Gizem: There are many of them! One of them was in 2010. During our Living Library project – If you haven’t heard of it before, I highly recommend to google it, or you can always ask me – we were having tea with one of our books, Ayşe. She told me a story of her own, a story that shows how cruel humankind can be, a story I will never be able to forget, and she thanked AEGEE-Ankara to give her a chance to express herself. I guess I haven’t felt more important.

Golden Times:
And which were your worst moments?
Gizem: The worst ones are not nice to remember… My family had been through an unexpected crisis that made me question my candidature and consider withdrawing it. That were the worst two weeks of my AEGEE life. My mother whom I owe a lot, supported me wholeheartedly and ‘’obliged’’ me to follow my ideals. Thanks to her and my dear AEGEE Friends from Ankara, I still have confidence and courage enough to go on yet another year…

Golden Times:
Please complete this sentence: “AEGEE is for me…”
Gizem: AEGEE is for me the place where I am welcomed whomever I am, a place where I can be a real part of the society by contributing to it.

Golden Times:
Now you will candidate at the Agora in Enschede for President of AEGEE-Europe. How did you get the idea?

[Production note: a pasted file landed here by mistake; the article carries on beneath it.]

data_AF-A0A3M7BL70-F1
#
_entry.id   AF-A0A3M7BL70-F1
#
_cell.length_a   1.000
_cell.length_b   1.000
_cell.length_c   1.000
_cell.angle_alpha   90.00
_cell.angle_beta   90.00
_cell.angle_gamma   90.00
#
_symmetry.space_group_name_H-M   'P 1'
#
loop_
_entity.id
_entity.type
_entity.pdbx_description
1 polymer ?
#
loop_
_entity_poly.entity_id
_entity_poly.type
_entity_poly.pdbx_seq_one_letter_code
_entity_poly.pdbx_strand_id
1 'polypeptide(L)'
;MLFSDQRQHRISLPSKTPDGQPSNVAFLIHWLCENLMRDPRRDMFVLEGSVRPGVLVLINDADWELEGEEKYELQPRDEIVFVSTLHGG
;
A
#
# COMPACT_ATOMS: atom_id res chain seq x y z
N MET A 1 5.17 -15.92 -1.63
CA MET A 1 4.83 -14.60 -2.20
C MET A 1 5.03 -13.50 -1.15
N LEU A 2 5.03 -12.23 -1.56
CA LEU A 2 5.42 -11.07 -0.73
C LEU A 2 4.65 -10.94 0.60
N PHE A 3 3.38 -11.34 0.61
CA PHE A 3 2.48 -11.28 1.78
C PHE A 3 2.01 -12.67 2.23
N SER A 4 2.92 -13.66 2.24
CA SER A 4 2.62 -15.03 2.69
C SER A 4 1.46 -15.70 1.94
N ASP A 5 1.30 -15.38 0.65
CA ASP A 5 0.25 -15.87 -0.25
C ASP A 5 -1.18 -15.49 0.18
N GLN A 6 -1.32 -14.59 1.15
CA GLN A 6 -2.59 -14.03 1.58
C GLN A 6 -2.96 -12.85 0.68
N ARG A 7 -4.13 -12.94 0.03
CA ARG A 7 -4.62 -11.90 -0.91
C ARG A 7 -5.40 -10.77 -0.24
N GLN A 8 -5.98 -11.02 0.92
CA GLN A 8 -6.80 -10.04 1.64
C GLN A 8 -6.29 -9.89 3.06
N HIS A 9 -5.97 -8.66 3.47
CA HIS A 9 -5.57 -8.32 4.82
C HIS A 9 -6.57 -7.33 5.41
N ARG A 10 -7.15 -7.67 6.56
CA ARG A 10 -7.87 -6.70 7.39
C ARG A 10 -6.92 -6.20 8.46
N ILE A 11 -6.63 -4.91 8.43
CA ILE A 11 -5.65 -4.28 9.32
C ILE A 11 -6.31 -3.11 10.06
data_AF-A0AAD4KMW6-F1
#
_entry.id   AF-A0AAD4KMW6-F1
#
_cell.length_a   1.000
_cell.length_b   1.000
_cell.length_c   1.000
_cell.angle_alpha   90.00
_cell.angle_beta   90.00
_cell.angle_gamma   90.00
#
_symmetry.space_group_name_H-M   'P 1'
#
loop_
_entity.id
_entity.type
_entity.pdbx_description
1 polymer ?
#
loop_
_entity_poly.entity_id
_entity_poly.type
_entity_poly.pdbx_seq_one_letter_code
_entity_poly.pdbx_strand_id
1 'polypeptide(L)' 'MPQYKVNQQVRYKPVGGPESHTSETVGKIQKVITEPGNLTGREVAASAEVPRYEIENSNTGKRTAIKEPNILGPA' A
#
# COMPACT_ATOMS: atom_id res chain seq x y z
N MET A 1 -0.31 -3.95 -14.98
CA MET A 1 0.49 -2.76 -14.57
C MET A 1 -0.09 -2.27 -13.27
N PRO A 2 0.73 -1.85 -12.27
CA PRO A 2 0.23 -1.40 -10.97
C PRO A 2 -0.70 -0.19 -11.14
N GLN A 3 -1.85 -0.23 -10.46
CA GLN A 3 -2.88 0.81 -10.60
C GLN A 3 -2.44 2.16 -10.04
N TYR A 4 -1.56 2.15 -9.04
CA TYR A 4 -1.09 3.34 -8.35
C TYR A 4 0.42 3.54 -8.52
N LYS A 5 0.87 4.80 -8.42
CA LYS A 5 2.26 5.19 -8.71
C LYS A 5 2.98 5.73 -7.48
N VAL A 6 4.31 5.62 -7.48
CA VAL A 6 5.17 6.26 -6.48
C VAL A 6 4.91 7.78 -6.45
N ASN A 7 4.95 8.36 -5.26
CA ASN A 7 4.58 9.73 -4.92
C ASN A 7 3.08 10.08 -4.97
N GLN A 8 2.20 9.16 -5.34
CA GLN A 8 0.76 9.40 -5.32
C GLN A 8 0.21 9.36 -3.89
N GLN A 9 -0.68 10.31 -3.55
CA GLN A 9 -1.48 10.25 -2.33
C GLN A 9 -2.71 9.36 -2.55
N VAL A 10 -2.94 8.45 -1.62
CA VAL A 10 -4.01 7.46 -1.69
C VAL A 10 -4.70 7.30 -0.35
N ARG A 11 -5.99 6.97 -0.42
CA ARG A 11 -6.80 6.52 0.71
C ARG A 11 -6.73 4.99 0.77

Gizem: February 2011 changed my mind completely. Before, my plan was to go back to Turkey and work, as I got a pretty good job offer. But EBM İzmir made me think once more. Seeing people actively discussing and learning was simply amazing. It was how I always wanted to see AEGEE! Then, I attended ES2 Castelló and spent ten days with highly motivated and motivating people and I got even more confused… The day I arrived back home, I saw an article about a workshop in EBM where I gave a short speech. The workshop was about Freedom of speech in Turkey. Martina Zanero from AEGEE-Torino told in her article that we opened their eyes with a neither significant nor pleasant experience of mine during a student uprising. That night I decided. There must have been a reason for all these amazing experiences that took place one after the other.

Golden Times:
What motivates you to candidate?
Gizem: AEGEE itself, our members. AEGEE changed my life and I bet there are hundreds of people who would tell the same. And these individuals can build the Europe we would like to live in. And I am motivated and passionate enough to do my best to ensure that AEGEE will go on changing individuals and thanks to them turning Europe into a better place.